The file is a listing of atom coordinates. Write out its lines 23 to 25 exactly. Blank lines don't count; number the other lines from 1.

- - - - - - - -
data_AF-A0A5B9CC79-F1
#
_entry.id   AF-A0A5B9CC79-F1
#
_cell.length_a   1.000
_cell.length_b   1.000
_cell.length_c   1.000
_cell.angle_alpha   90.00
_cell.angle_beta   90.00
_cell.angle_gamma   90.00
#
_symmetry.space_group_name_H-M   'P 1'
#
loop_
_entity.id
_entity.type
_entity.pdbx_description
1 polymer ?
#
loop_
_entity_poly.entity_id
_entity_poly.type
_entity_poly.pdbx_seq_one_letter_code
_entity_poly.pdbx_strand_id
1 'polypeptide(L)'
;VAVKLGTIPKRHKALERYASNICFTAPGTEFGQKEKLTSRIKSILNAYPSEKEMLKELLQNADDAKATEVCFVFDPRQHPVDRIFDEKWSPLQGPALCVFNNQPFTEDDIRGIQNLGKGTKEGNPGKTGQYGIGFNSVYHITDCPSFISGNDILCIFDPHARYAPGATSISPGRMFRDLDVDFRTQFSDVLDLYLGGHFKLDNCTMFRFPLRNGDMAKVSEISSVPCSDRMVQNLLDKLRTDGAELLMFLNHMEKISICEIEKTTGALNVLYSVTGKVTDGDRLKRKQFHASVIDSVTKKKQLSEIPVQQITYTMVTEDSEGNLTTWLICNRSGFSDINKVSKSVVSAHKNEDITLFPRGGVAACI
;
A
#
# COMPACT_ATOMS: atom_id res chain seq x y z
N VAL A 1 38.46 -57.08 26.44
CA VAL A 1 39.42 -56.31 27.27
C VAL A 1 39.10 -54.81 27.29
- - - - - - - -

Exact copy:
_entity_poly.pdbx_seq_one_letter_code
_entity_poly.pdbx_strand_id
1 'polypeptide(L)'